Tuesday, April 29, 2008


A quote, from some random blog.

"Here's some advice for successfully reading a book: You need to stay focused, so try to avoid distractions. Avoid multitasking. Avoid task switching. Turn off the TV. Shift positions occasionally so you don't get cramps or backaches. Don't get too comfortable or you might fall asleep. (Interestingly, many of these same rules apply to having sex, except that you can read a book with a cat in your lap.)"

Wednesday, April 23, 2008


I think I'm becoming a behaviorist.

Monday, April 21, 2008

"Nothing less than truly scintillating...satisfying, even electrifying"

So reads an exceedingly vapid blurb on the cover of The New York Trilogy, by Paul Auster, a collection of three previous novels, City of Glass (1985), Ghosts (1986), and The Locked Room (1986). Although these novels were originally published separately, they constitute a thematic unity and belong together -- whether or not they constitute a diegetic unity in addition seems to me a question for the reader.

(Diegetic is a word which refers to things within the universe of a story, as opposed to narrative commentary from without. Do the three books occur in the same physical universe with shared characters, etc.? It's questionable)

I reread this work recently on the recommendation of Marina. Simply put, I was blown away. Literally. Just kidding: only figuratively. I had read it years before, but I guess it hadn't made too great an impression. Not since Lolita has any book changed so greatly in my estimation upon rereading.

It's an incredibly stimulating book, the kind that launches a thousand conversations. There's so much theoretical ground one could cover in talking about it that I feel hopelessly burdened in trying to compass it within the space of a blog-entry. Instead, I think I'm just going to copy out a long quote from the end of the first book, City of Glass, about a private investigator originally hired to investigate an eccentric who imprisoned his child in darkness as an experiment in natural language:
This period of growing darkness coincided with the dwindling of pages in the red notebook. Little by little, Quinn was coming to the end. At a certain point, he realized that the more he wrote, the sooner the time would come when he could no longer write anything. He began to weigh his words with great care, struggling to express himself as economically and clearly as possible. He regretted having wasted so many pages at the beginning of the red notebook, and in fact felt sorry that he had bothered to write about the Stillman case at all. For the case was far behind him now, and he no longer bothered to think about it. It had been a bridge to another place in his life, and now that he had crossed it, its meaning had been lost. Quinn no longer had any interest in himself. He wrote about the stars, the earth, his hopes for mankind. He felt that his words had been severed from him, that now they were a part of the world at large, as real and specific as a stone, or a lake, or a flower. They no longer had anything to do with him. He remembered the moment of his birth and how he had been pulled gently from his mother's womb. He remembered the infinite kindnesses of the world and all the people he had ever loved. Nothing mattered now but the beauty of all this. He wanted to go on writing about it, and it pained him to know that this would not be possible. Nevertheless, he tried to face the end of the red notebook with courage. He wondered if he had it in him to write without a pen, if he could learn to speak instead, filling the darkness with his voice, speaking the words into the air, into the walls, into the city, even if the light never came back again.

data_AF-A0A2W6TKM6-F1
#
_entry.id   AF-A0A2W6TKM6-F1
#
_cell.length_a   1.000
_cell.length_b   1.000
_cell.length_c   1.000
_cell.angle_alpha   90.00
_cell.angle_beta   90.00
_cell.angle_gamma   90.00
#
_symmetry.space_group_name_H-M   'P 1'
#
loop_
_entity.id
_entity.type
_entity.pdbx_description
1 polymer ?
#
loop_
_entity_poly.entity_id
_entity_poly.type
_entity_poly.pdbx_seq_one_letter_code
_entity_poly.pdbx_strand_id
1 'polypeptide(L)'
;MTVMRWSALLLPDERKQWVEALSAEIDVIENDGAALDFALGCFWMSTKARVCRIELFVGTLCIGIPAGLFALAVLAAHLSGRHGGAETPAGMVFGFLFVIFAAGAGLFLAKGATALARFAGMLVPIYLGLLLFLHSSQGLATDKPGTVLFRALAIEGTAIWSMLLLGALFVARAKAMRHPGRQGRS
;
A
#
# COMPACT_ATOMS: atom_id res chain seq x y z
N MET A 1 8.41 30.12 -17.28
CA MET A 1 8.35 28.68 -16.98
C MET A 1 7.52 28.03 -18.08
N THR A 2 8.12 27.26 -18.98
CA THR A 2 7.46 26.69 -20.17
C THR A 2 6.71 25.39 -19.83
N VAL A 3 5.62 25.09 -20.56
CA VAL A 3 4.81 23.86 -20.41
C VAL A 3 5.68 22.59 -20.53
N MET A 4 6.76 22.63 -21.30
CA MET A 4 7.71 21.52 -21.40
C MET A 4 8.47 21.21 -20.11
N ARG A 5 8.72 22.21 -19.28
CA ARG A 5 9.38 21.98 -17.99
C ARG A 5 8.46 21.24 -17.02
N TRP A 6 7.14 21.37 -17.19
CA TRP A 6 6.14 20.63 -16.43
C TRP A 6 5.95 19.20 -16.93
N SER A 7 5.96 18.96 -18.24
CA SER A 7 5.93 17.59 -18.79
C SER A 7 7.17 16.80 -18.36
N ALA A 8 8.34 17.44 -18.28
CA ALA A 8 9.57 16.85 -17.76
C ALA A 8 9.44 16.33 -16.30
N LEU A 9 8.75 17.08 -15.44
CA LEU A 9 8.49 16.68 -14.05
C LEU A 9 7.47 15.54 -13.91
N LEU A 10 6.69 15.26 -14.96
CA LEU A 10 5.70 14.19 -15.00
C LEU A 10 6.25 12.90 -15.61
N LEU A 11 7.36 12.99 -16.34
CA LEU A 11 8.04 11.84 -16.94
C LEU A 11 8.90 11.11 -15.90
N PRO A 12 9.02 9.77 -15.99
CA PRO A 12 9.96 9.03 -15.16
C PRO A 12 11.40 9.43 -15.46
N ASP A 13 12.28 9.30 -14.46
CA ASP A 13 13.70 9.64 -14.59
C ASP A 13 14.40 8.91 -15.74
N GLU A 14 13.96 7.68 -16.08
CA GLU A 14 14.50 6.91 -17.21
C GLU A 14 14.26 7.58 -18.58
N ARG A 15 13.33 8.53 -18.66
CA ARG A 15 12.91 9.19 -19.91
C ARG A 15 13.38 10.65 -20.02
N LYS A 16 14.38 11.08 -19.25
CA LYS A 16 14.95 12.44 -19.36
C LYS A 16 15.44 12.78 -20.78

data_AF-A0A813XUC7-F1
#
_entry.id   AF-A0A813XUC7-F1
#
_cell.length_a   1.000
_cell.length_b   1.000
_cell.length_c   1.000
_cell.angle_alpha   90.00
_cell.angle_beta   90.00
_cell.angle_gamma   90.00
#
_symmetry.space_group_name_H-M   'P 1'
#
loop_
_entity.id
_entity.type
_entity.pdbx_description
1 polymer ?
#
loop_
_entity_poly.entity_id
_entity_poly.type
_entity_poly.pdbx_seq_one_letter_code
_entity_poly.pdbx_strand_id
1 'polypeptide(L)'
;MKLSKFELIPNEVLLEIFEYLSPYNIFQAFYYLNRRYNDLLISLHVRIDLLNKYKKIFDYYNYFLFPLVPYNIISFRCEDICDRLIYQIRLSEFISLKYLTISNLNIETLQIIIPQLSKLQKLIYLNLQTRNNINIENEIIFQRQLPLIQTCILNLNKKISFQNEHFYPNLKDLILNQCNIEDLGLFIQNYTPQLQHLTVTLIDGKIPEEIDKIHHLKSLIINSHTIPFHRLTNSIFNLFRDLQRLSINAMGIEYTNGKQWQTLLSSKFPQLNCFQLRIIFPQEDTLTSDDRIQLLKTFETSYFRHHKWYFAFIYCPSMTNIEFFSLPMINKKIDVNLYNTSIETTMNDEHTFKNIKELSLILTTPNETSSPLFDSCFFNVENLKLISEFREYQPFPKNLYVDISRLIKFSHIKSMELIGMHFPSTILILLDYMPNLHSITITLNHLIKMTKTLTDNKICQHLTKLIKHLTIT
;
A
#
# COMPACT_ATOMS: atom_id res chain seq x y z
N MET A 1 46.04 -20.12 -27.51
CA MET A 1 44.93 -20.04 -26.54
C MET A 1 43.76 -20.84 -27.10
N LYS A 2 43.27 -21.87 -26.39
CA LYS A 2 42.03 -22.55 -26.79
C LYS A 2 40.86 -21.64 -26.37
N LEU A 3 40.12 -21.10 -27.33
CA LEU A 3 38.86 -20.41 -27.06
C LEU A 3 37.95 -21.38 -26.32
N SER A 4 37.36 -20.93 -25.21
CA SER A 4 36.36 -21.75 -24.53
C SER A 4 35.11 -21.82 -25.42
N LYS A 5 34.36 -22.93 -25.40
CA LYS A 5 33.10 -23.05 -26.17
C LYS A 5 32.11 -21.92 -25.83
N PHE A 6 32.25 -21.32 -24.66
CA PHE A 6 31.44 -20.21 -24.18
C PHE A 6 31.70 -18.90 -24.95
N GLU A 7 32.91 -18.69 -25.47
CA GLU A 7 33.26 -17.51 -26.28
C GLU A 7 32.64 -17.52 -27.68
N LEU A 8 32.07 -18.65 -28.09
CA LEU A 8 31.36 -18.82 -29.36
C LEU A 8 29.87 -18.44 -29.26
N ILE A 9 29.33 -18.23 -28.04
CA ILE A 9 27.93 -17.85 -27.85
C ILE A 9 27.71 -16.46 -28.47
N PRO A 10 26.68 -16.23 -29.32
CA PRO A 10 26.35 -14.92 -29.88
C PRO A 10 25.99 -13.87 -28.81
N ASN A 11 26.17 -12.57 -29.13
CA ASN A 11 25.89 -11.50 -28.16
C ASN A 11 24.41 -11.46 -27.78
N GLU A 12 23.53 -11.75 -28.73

The last sentence of the red notebook reads: 'What will happen when there are no more pages in the red notebook?"

Friday, April 18, 2008

A Mysterious Passage

While doing research for my senior thesis, I came across this passage from Leo Strauss's 1964 book, The City and Man:

“Plato’s work consists of many dialogues because it imitates the manyness, the variety, the heterogeneity of being. The many dialogues form a kosmos which mysteriously imitates the mysterious kosmos. The Platonic kosmos imitates or reproduces its model in order to awaken us to the mystery of the model and to assist us in articulating that mystery.” (61-62)

This is perhaps the most strikingly platitudinous thing anyone has ever said about Plato.

Tuesday, April 15, 2008

Thimply Wonderful

Thimphu is the capital of Bhutan.

Here is an interesting fact about life in Thimphu:

Thimphu is the only national capital in Asia that does not have traffic lights. When local authorities installed a set of lights, people complained that they were too impersonal. The authorities gave in, and took them down. Instead of traffic lights, the city takes pride in its traffic police that directs the oncoming traffic with their dance-like movement of their arms and hands.

Saturday, April 12, 2008

Against Trivia

How quickly the recitation of trivia turns to the subject of historical death-counts. Death-counts are the ne plus ultra of trivia. How many people died there.

Trivia is itself the end product of the atomization of history into a collection of unrelated "facts" whose only meaning is to be stated as quickly as possible in the greatest numbers possible. Trivia is a war against history.